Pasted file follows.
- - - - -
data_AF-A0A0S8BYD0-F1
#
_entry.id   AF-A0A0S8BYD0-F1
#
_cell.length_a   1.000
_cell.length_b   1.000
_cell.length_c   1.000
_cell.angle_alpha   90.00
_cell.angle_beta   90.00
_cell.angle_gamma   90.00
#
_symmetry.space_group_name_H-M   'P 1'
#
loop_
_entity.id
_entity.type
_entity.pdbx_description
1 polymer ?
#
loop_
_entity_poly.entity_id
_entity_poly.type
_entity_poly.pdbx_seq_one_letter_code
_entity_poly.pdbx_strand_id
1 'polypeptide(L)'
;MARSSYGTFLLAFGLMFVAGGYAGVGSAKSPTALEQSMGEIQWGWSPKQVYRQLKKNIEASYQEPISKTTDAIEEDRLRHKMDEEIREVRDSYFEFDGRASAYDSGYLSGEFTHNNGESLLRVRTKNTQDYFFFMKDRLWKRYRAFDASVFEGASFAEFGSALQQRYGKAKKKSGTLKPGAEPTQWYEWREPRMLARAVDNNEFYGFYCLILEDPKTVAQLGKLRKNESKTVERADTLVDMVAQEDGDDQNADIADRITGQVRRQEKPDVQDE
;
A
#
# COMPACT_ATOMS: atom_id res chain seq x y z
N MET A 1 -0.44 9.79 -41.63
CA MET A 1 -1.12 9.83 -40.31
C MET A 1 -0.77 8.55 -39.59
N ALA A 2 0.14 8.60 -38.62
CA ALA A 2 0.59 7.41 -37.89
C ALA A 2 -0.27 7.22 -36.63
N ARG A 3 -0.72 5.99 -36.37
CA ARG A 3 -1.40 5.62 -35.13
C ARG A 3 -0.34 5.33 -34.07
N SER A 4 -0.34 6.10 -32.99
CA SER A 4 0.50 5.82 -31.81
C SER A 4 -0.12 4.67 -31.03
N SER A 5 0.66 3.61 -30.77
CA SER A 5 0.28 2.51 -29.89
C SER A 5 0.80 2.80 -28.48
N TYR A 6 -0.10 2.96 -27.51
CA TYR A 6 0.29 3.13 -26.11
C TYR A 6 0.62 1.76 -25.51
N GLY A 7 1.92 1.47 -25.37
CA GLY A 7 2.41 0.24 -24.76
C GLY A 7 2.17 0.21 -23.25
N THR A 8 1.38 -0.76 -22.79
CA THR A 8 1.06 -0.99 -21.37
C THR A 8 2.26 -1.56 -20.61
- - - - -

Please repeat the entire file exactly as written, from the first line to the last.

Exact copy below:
data_AF-A0A0S8BYD0-F1
#
_entry.id   AF-A0A0S8BYD0-F1
#
_cell.length_a   1.000
_cell.length_b   1.000
_cell.length_c   1.000
_cell.angle_alpha   90.00
_cell.angle_beta   90.00
_cell.angle_gamma   90.00
#
_symmetry.space_group_name_H-M   'P 1'
#
loop_
_entity.id
_entity.type
_entity.pdbx_description
1 polymer ?
#
loop_
_entity_poly.entity_id
_entity_poly.type
_entity_poly.pdbx_seq_one_letter_code
_entity_poly.pdbx_strand_id
1 'polypeptide(L)'
;MARSSYGTFLLAFGLMFVAGGYAGVGSAKSPTALEQSMGEIQWGWSPKQVYRQLKKNIEASYQEPISKTTDAIEEDRLRHKMDEEIREVRDSYFEFDGRASAYDSGYLSGEFTHNNGESLLRVRTKNTQDYFFFMKDRLWKRYRAFDASVFEGASFAEFGSALQQRYGKAKKKSGTLKPGAEPTQWYEWREPRMLARAVDNNEFYGFYCLILEDPKTVAQLGKLRKNESKTVERADTLVDMVAQEDGDDQNADIADRITGQVRRQEKPDVQDE
;
A
#
# COMPACT_ATOMS: atom_id res chain seq x y z
N MET A 1 -0.44 9.79 -41.63
CA MET A 1 -1.12 9.83 -40.31
C MET A 1 -0.77 8.55 -39.59
N ALA A 2 0.14 8.60 -38.62
CA ALA A 2 0.59 7.41 -37.89
C ALA A 2 -0.27 7.22 -36.63
N ARG A 3 -0.72 5.99 -36.37
CA ARG A 3 -1.40 5.62 -35.13
C ARG A 3 -0.34 5.33 -34.07
N SER A 4 -0.34 6.10 -32.99
CA SER A 4 0.50 5.82 -31.81
C SER A 4 -0.12 4.67 -31.03
N SER A 5 0.66 3.61 -30.77
CA SER A 5 0.28 2.51 -29.89
C SER A 5 0.80 2.80 -28.48
N TYR A 6 -0.10 2.96 -27.51
CA TYR A 6 0.29 3.13 -26.11
C TYR A 6 0.62 1.76 -25.51
N GLY A 7 1.92 1.47 -25.37
CA GLY A 7 2.41 0.24 -24.76
C GLY A 7 2.17 0.21 -23.25
N THR A 8 1.38 -0.76 -22.79
CA THR A 8 1.06 -0.99 -21.37
C THR A 8 2.26 -1.56 -20.61